To The Editor:
May 3, 1863 (150 years ago), was a red-letter day in the history of the 16th New York Volunteer Infantry RGT, recruited in Ogdensburg, DePeyster, Canton, Potsdam, Gouverneur, Malone and Chazy.
The members of the 16th had enlisted in the spring of 1862 for two years of service. No one had thought the war would last longer.
Now in May of 1863, the original 800 had been reduced to 400 (by 50 percent). The 400 survivors faced a personal decision. Survivors of disease, battle wounds and many a hardship, the 16th was eligible to go home in just a few days with all that meant to them.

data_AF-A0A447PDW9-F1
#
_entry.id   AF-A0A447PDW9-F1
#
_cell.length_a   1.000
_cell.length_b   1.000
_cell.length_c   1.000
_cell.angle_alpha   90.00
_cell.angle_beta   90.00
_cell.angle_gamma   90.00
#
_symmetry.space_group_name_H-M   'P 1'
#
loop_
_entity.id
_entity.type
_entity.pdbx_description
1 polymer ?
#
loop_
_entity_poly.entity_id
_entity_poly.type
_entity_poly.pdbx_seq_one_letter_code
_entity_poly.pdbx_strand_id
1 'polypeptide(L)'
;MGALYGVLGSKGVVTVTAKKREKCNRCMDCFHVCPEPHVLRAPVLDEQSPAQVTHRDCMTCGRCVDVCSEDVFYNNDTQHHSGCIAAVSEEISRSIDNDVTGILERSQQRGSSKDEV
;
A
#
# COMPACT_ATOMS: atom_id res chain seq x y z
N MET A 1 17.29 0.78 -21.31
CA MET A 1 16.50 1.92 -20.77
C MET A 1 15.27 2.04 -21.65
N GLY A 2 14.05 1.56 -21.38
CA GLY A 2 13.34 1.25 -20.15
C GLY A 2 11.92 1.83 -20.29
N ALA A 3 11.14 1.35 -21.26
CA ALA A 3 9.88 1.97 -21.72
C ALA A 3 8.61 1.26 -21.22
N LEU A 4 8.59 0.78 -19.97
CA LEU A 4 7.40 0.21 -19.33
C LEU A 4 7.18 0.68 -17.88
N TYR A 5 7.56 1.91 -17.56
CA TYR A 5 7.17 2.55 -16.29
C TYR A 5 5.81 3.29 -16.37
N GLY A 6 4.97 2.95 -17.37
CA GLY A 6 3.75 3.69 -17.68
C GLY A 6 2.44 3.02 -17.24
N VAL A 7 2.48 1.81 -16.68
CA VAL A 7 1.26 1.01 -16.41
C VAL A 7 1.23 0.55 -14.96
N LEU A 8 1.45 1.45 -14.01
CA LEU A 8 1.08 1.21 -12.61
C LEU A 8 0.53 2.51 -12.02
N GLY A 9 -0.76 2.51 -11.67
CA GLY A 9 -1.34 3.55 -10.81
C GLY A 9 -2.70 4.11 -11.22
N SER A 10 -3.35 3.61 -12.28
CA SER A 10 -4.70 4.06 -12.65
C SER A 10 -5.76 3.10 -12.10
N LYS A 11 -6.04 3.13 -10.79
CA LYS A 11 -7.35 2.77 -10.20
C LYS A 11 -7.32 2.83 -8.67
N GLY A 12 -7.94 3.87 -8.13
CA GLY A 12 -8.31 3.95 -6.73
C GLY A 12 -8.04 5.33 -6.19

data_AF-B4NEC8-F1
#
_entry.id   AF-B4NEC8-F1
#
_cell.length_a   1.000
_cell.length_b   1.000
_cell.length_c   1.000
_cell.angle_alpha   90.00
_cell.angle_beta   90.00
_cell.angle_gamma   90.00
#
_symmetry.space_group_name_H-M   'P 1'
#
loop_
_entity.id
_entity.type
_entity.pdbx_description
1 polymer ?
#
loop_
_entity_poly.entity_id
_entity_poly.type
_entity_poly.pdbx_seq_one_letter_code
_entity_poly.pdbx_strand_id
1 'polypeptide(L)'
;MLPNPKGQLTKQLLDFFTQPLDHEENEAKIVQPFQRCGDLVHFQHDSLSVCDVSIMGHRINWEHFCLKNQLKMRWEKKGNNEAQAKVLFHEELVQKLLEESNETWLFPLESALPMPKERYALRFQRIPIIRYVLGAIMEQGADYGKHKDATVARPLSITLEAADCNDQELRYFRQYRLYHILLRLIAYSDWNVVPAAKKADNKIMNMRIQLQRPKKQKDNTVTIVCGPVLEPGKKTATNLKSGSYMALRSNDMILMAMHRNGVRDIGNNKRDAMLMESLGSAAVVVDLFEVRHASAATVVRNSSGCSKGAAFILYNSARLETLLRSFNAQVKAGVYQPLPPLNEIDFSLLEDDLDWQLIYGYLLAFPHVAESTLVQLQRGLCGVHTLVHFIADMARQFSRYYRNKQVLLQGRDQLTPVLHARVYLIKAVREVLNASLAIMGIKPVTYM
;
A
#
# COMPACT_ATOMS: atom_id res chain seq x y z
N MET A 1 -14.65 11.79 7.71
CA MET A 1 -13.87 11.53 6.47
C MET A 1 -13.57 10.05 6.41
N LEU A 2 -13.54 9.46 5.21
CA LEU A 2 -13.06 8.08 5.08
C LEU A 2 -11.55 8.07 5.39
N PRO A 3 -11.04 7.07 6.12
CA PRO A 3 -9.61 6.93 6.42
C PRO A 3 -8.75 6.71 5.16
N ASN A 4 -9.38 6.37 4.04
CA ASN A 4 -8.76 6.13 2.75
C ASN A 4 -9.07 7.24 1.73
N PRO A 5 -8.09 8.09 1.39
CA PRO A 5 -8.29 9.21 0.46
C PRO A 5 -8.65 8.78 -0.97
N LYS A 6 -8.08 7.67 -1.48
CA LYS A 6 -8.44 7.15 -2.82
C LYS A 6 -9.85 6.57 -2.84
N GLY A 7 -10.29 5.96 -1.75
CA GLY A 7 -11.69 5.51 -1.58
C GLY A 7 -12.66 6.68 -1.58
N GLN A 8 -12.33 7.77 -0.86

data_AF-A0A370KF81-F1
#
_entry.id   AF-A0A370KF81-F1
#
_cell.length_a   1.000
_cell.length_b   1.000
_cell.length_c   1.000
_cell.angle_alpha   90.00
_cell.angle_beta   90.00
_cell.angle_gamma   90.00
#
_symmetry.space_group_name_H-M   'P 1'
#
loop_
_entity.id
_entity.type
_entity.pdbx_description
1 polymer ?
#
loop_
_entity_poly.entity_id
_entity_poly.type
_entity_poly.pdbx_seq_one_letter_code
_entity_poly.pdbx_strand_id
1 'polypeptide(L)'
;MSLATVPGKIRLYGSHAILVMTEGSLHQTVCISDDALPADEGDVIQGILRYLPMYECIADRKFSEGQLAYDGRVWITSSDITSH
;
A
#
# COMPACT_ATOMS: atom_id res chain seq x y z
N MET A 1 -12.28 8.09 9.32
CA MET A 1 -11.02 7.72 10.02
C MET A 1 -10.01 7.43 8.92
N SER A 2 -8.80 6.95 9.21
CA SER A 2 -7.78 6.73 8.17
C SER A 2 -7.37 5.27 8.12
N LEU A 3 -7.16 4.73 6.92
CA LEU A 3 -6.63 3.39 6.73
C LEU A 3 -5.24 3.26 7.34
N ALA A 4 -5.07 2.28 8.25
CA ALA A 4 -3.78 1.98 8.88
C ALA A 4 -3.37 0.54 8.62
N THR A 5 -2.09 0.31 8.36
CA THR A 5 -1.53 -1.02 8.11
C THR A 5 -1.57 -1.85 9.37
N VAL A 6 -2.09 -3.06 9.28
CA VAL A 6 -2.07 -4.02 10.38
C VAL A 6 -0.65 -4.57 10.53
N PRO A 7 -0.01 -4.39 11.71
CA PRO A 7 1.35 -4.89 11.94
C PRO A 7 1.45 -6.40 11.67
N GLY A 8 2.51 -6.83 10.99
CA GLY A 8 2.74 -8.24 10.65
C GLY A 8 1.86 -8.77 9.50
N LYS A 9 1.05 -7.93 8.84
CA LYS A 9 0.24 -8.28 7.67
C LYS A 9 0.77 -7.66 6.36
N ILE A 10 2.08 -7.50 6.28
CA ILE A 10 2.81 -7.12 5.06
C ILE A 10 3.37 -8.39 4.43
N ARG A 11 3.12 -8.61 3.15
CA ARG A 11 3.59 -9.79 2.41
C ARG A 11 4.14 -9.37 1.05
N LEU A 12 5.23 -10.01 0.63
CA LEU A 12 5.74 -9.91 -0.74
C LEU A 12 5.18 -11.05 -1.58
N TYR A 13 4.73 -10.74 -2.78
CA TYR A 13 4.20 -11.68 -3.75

Fighting Joe Hooker had suffered a humiliating and disastrous defeat at Chancellorsville and fled back to the Rappahannock River.
How incredibly he called on two corps including Slocums and the 16th NY VI 20,000 men to rescue his army of 100,000 men by making a diversion and attacking the victorious and much larger confederates at the rear.
With home and safety only days away, the 16th was asked to attack at Fredericksburg and advance on Salem Church, Va.
Incredibly, the men of the 16th marched into an inferno of death and wounds and suffered brutal losses of 154 men out of the 410 present. Thirty-six would never go home to Northern New York and another 161 were crippled by wounds and captured on May 3, 1863.
Only eight days later, May 11, 1863, the few survivors were honorably discharged. Glory to their memory. May their service and sacrifice be remembered.